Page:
Picture Fifth Third Bancorp gobbling up one of Tennessee's largest banks and an industry pioneer at opening grocery-store branches.
Or imagine Bank One Corp. going after Cleveland's KeyCorp, giving the Chicago-based banking giant a franchise that has had trouble growing revenues.
Banking analysts at Blaylock & Partners L.P. in New York - led by Michael Plodwick - have compiled their 2003 list of more than 250 mergers that could be plausible by year's end. Analysts expect the banking industry to resume its rapid consolidation that slowed down in the past few years as the economy tanked.
Plodwick, a top banking analyst who last compiled the "Merger Modeler" in 1999, again developed some intriguing scenarios that included major banks with big Tristate operations.
He predicts that bank M&A activity will gain steam the next six to 12 months for many reasons, among them:
Lack of big revenue growth for many banks.
A need to slice the competition, with more than 7,800 U.S. banks.
Greater demand for more traditional consumer banking operations, making some existing franchises more attractive to potential suitors.
"After a long drought, we believe the banking sector is poised for sustained uptick in M&A activity," Plodwick says. "More and more bank executives have been publicly discussing M&A recently, and we believe some key M&A-related questions might be answered in the coming quarters."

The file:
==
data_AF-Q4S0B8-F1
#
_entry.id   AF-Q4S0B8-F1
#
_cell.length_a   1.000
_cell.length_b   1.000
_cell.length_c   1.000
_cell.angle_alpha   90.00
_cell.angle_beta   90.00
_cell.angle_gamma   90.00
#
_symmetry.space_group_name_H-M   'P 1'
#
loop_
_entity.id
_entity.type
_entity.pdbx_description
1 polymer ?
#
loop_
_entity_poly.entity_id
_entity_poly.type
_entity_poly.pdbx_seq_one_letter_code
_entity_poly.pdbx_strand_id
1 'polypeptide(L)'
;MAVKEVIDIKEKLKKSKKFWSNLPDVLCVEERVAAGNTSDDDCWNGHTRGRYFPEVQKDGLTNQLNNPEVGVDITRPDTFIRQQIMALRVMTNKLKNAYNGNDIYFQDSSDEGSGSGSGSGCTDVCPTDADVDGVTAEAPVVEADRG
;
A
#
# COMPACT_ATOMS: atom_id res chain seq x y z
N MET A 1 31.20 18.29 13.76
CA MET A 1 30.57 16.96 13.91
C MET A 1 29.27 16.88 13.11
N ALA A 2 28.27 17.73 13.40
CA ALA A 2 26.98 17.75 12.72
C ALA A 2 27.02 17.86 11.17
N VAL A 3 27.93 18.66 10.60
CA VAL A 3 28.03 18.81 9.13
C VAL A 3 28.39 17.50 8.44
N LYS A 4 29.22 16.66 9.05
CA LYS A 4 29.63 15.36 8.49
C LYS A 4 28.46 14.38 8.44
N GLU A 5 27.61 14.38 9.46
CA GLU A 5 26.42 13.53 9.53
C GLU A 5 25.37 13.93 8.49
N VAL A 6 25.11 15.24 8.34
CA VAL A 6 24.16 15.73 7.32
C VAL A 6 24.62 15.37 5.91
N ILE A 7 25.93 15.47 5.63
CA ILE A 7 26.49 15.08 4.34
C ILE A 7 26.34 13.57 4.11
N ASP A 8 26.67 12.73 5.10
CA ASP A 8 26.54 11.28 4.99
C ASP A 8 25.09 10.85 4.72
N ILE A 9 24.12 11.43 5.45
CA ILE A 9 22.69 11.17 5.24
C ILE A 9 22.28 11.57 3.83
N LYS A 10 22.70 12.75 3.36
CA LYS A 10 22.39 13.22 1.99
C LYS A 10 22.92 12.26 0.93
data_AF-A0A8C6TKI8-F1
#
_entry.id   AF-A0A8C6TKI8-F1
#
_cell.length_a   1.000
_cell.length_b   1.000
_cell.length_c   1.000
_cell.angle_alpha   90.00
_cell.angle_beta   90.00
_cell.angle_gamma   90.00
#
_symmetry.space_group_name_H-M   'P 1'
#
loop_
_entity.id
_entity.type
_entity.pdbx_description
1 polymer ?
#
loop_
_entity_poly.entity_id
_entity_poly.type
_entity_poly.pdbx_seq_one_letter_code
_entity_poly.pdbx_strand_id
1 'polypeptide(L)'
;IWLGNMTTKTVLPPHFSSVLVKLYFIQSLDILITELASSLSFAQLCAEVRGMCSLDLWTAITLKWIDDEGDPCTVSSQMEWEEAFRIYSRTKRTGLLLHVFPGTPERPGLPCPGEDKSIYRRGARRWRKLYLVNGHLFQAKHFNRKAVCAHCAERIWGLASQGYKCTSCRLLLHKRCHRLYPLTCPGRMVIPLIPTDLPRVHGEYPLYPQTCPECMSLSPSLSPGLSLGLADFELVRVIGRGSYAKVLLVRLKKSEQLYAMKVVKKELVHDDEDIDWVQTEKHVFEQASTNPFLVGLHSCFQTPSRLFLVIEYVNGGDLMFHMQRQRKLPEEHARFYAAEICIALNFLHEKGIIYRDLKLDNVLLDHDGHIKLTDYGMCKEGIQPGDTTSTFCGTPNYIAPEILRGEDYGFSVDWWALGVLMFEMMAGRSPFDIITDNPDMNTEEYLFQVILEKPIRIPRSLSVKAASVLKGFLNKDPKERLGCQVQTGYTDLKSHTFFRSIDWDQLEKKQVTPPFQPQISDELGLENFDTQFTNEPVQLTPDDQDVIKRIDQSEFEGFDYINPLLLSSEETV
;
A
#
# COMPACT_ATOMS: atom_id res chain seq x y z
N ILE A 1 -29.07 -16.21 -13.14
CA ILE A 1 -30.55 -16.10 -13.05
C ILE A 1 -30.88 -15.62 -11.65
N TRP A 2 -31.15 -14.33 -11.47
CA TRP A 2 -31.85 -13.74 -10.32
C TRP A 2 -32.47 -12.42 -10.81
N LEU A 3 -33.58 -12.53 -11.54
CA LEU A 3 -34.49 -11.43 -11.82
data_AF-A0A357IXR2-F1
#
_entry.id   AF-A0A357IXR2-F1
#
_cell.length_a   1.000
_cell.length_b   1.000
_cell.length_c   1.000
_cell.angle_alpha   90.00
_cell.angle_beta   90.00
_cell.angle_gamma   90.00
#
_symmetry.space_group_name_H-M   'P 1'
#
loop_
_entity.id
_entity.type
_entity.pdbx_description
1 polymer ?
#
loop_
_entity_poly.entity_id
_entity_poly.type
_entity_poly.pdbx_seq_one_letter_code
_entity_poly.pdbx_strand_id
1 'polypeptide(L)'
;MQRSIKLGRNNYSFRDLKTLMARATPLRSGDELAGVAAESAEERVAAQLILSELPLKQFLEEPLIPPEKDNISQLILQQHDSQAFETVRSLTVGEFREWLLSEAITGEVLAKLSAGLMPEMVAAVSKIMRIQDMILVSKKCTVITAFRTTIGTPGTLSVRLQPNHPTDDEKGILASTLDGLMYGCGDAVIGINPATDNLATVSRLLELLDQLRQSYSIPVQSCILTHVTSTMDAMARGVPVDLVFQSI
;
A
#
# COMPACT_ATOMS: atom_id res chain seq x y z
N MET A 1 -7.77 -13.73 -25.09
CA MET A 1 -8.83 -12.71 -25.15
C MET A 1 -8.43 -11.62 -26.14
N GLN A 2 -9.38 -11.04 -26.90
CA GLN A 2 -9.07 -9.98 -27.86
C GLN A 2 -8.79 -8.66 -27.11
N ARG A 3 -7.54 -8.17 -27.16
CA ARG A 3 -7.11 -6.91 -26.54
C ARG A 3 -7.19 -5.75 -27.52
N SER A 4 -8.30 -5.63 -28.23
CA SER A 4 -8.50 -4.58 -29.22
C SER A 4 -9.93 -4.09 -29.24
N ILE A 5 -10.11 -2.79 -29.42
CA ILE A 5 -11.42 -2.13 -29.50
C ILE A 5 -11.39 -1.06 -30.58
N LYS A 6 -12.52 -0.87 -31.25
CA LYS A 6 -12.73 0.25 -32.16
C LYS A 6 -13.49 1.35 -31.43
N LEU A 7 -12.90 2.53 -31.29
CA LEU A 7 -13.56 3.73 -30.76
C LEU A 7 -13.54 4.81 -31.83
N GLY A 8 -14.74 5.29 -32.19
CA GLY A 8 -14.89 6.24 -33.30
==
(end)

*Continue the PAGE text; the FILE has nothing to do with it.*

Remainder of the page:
Among his picks as likely buyers: Cincinnati's Fifth Third, National City, Bank of America, Citigroup, JP Morgan, Wachovia and Wells Fargo. Banks he views that likely are to be acquired or merged into another bank: Comerica, FleetBoston Financial, KeyCorp and PNC Financial Services Group.
Plodwick's picks have proved to be interesting: His 1999 report included a scenario that Fifth Third would buy Michigan's Old Kent Financial Corp. In a stock deal worth about $5 billion, Fifth Third in fact two years later bought Old Kent, making it a more dominant Midwestern bank.
But this time around, Fifth Third likely won't be a quick acquirer until it resolves some issues with banking regulators tied to internal accounting problems in its treasury operations.
"We see them as a buyer, but we don't think that they will emerge as one until they're comfortable this Fed thing is resolved," Plodwick says.
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